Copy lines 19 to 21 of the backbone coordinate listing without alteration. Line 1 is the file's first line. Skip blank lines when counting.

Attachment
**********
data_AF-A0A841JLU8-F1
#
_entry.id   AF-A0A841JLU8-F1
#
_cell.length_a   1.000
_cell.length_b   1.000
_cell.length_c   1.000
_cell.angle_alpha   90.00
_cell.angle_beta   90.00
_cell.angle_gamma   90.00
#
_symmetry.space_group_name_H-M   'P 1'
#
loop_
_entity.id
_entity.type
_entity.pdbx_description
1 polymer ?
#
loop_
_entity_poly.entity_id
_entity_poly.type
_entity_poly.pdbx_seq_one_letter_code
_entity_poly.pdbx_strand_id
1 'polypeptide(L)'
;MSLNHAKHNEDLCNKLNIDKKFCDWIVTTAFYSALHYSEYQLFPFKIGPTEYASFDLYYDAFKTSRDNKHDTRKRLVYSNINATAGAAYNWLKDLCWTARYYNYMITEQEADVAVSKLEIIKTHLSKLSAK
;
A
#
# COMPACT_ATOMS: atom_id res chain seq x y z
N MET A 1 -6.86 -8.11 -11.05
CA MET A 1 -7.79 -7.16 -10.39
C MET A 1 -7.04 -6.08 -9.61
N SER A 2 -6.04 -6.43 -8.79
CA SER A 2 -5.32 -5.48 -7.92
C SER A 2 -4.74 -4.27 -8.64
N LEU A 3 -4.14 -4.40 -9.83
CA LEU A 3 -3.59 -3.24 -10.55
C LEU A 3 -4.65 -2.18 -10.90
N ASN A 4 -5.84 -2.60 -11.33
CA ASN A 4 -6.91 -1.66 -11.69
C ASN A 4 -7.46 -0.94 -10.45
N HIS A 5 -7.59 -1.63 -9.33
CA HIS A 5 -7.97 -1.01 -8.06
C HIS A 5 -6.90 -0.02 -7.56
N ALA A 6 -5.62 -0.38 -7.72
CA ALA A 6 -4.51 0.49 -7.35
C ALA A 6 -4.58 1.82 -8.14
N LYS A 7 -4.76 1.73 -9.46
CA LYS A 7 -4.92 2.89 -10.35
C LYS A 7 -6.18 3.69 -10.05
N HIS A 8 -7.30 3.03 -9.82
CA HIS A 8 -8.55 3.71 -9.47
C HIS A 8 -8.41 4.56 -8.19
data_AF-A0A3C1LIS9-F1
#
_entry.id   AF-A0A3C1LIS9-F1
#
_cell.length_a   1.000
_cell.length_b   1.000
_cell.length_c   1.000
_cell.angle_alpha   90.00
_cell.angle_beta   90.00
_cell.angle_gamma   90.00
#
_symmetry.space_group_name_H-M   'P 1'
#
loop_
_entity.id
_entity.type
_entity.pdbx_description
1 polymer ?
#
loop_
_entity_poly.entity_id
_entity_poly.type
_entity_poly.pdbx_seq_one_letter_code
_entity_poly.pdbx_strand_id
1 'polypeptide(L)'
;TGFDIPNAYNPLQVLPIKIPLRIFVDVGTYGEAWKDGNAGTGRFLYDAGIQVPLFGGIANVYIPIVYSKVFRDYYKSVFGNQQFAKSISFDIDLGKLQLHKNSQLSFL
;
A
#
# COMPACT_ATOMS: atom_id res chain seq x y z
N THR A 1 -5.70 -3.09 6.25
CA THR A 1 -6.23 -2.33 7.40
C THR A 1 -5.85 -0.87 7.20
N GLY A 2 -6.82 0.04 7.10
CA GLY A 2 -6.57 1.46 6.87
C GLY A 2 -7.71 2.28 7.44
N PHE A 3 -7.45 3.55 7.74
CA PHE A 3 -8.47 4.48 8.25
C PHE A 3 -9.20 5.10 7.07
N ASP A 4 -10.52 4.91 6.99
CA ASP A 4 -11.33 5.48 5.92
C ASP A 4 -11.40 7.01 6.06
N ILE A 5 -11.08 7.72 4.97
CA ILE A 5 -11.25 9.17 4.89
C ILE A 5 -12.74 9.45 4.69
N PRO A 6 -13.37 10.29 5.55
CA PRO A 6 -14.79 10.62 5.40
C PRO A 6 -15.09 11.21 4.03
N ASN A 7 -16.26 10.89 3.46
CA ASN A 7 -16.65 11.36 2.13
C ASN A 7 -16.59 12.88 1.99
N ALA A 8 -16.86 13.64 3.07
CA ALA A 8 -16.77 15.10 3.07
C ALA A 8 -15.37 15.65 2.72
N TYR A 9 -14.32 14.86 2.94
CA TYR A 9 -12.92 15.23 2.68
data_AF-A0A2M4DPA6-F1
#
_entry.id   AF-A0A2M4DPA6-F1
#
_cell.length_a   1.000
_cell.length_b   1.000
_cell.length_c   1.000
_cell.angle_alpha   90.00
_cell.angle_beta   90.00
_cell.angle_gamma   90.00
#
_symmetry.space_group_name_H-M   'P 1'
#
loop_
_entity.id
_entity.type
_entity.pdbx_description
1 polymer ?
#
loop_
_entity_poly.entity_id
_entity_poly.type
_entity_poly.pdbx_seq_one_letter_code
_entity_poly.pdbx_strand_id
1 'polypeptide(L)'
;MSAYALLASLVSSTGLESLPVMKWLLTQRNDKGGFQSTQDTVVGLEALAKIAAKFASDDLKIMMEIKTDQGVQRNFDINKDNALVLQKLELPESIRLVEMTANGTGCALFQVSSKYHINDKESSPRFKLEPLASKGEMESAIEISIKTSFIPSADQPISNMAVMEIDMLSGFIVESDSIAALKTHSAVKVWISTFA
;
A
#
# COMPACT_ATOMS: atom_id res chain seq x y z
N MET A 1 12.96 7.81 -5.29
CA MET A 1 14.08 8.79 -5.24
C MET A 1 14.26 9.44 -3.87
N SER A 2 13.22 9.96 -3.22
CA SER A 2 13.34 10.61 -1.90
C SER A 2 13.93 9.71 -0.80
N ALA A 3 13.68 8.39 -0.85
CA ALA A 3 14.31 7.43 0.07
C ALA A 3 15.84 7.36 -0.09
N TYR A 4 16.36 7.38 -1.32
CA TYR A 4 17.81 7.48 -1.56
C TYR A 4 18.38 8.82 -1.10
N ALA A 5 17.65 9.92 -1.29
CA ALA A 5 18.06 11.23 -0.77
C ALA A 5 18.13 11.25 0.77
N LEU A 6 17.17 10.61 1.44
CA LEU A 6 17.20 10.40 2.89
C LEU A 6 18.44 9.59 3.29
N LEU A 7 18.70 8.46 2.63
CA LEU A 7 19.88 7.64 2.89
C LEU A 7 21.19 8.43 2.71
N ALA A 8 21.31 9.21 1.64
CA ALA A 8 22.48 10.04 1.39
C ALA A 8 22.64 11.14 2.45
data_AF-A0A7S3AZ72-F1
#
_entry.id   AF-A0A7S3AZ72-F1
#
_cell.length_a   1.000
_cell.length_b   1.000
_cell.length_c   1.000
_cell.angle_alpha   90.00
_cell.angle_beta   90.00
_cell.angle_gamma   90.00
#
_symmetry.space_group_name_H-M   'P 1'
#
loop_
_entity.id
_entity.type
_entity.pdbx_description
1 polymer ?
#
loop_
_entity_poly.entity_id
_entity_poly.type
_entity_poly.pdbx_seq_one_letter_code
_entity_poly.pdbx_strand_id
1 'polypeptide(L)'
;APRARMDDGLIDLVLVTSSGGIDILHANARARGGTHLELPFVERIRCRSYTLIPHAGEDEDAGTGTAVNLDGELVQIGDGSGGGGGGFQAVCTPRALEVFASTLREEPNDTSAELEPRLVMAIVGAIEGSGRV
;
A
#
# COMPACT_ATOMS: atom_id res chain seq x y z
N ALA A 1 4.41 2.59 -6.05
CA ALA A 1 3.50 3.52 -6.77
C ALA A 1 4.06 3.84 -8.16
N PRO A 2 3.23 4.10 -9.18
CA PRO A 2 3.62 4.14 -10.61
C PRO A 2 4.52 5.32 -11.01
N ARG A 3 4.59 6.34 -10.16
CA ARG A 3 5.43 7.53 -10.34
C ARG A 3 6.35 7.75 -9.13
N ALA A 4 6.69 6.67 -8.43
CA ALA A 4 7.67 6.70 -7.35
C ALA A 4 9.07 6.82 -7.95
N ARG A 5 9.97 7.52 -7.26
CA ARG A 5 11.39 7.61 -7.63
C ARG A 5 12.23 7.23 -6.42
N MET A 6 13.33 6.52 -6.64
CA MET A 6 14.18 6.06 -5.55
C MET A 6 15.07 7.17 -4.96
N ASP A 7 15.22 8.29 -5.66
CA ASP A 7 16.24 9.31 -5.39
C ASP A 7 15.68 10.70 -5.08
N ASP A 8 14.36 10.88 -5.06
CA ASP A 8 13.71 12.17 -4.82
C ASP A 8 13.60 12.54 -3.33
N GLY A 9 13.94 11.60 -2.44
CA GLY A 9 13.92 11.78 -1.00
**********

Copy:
#
loop_
_entity_poly.entity_id